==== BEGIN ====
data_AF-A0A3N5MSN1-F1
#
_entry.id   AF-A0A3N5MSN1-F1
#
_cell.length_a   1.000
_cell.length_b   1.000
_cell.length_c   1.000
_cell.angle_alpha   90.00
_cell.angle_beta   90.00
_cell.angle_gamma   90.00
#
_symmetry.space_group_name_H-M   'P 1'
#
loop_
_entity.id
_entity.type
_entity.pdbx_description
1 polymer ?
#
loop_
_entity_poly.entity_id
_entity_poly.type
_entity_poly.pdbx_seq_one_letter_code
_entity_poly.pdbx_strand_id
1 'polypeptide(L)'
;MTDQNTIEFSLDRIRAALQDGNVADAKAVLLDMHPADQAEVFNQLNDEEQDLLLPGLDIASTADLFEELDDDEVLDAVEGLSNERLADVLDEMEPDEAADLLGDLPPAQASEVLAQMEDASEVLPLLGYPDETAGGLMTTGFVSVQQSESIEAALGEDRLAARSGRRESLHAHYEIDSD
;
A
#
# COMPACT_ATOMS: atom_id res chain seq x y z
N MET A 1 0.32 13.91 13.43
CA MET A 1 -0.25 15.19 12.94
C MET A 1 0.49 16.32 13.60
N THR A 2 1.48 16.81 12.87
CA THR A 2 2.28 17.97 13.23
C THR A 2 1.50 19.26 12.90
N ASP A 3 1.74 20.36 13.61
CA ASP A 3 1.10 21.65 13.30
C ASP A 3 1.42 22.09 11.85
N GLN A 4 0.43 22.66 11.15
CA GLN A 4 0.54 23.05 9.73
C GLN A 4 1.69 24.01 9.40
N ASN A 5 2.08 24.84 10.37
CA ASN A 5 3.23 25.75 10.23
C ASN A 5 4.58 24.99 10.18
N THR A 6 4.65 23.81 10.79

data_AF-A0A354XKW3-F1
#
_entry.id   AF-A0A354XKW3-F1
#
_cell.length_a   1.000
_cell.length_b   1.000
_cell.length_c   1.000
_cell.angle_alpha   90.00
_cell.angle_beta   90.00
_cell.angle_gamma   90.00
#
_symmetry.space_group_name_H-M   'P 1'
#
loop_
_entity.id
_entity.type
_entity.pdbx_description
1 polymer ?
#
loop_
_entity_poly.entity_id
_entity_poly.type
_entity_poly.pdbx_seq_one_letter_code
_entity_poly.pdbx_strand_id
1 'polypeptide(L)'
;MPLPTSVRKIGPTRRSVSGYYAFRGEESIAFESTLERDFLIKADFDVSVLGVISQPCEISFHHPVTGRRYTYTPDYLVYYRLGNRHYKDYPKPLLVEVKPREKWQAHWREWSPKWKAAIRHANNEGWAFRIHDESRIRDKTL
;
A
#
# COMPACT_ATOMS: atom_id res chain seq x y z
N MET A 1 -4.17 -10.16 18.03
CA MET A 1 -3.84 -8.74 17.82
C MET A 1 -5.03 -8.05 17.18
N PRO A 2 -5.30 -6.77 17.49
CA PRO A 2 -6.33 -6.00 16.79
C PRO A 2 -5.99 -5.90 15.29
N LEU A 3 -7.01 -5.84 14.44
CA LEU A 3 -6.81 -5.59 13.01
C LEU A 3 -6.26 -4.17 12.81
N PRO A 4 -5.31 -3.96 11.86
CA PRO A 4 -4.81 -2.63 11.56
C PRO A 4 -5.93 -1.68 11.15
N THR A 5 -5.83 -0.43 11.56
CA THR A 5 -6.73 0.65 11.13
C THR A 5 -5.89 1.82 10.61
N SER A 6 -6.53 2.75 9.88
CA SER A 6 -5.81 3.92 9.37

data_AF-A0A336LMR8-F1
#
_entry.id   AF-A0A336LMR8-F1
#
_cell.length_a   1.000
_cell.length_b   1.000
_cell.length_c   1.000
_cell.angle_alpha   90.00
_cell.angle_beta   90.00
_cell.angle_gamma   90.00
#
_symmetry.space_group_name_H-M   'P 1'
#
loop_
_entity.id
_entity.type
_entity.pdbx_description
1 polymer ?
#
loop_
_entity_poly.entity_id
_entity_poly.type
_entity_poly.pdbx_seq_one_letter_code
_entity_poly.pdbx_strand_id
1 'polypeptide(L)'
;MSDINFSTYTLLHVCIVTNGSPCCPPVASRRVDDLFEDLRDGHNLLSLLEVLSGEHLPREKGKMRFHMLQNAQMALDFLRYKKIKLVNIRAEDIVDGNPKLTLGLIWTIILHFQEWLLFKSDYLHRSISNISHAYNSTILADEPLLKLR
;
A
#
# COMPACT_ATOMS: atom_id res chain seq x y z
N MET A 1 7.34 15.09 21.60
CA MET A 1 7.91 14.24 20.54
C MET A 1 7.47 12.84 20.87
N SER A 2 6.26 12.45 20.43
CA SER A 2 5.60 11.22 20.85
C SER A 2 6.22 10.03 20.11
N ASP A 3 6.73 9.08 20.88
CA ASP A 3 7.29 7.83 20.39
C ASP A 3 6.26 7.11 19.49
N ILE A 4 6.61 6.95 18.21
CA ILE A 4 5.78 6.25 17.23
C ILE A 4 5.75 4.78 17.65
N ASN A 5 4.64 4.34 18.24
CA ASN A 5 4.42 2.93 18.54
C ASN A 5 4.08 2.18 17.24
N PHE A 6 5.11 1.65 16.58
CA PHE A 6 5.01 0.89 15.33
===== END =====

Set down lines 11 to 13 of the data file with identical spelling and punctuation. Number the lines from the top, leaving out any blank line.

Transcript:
#
_symmetry.space_group_name_H-M   'P 1'
#